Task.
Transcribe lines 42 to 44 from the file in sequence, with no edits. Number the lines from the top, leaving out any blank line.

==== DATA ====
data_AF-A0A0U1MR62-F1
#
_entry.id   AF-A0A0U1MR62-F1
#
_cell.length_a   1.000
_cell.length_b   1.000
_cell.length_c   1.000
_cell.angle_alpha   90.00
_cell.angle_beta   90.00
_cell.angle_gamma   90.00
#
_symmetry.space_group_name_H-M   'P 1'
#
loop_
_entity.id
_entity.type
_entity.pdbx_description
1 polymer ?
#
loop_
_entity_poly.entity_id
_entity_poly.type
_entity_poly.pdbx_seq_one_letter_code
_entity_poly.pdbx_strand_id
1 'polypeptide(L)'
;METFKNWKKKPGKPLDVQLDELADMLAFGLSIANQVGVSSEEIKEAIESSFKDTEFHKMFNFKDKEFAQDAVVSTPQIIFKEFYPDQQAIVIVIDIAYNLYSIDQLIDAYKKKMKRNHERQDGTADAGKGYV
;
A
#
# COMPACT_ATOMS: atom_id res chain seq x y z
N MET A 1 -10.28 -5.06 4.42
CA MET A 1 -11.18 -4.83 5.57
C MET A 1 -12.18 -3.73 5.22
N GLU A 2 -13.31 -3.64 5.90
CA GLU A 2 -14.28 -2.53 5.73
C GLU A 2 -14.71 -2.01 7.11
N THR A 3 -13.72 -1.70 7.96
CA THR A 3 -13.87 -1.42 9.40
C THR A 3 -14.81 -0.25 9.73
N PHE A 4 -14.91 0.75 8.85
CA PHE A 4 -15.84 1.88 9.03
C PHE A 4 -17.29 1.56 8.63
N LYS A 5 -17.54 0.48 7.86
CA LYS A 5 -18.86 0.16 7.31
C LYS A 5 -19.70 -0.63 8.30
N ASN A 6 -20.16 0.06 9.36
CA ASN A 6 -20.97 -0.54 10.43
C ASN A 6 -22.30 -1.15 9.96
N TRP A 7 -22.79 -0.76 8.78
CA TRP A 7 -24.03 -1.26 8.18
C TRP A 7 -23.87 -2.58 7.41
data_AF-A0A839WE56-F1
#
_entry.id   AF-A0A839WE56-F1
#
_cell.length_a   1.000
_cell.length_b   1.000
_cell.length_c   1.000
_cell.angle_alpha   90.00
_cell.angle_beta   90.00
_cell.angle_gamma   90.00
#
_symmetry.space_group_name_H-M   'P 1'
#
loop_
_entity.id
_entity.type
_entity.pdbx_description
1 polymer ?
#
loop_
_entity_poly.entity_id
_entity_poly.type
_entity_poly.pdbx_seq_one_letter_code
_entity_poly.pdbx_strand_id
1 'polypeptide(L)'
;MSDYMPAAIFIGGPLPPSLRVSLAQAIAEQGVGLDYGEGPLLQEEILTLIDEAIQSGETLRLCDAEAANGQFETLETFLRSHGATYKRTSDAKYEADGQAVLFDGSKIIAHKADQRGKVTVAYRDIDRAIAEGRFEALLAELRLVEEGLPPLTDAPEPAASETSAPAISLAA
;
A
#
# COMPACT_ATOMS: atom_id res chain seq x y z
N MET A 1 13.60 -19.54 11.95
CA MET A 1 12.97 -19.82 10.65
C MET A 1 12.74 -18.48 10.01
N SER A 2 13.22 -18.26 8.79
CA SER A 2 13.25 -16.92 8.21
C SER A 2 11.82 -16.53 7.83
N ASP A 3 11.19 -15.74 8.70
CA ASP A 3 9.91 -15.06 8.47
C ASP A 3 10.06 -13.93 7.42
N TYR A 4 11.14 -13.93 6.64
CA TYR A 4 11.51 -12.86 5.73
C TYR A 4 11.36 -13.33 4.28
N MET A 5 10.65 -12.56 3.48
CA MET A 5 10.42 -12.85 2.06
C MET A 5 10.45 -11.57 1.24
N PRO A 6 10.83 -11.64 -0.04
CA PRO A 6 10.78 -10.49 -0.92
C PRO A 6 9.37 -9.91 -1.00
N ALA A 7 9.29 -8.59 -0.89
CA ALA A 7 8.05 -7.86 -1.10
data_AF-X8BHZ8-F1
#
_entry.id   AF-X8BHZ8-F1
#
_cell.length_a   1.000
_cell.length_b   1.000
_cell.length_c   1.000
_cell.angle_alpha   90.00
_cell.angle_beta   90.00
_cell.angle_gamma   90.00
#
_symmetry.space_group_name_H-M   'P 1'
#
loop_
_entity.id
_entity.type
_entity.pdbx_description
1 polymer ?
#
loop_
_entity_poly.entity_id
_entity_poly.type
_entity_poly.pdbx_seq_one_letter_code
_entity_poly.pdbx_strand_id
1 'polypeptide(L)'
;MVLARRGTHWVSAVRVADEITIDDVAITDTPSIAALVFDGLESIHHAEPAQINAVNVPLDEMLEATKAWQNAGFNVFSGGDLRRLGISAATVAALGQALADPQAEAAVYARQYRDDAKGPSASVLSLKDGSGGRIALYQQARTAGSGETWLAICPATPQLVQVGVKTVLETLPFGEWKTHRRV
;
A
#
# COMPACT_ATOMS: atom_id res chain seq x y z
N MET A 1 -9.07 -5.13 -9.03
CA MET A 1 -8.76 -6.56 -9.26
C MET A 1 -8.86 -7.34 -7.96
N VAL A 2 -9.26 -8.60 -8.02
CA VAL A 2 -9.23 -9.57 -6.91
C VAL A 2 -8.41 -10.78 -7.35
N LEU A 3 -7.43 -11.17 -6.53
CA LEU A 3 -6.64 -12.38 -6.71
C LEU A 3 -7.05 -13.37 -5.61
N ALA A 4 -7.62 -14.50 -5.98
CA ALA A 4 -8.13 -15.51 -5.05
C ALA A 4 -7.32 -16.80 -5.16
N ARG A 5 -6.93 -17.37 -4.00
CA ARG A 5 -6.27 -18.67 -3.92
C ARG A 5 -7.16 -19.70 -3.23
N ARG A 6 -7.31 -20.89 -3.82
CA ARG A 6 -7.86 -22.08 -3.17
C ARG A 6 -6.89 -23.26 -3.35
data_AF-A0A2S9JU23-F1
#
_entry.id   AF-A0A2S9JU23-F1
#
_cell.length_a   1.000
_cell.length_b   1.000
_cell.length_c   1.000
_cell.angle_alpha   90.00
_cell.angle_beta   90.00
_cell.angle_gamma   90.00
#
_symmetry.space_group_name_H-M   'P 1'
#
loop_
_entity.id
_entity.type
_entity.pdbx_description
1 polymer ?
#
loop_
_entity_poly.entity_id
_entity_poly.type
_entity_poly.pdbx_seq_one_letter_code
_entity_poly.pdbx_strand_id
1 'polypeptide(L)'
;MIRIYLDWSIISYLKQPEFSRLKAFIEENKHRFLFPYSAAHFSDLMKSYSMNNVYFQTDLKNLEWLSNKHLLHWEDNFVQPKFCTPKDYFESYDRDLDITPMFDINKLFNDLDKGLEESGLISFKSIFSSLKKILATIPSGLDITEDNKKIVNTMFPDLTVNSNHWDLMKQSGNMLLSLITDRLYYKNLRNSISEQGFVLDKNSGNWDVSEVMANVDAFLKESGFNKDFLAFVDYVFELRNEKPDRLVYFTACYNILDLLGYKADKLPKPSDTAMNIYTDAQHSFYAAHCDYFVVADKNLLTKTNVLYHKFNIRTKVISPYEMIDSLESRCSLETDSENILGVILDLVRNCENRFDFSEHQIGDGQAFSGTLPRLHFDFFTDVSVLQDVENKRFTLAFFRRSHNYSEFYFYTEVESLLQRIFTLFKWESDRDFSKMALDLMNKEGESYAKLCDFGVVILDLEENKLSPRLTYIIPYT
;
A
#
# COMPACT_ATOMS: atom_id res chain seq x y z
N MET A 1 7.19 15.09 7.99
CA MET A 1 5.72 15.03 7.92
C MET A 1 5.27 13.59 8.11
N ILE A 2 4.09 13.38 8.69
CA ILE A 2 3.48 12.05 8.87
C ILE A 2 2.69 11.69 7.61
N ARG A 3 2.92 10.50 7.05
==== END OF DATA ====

C PHE A 4 -17.29 1.56 8.63
N LYS A 5 -17.54 0.48 7.86
CA LYS A 5 -18.86 0.16 7.31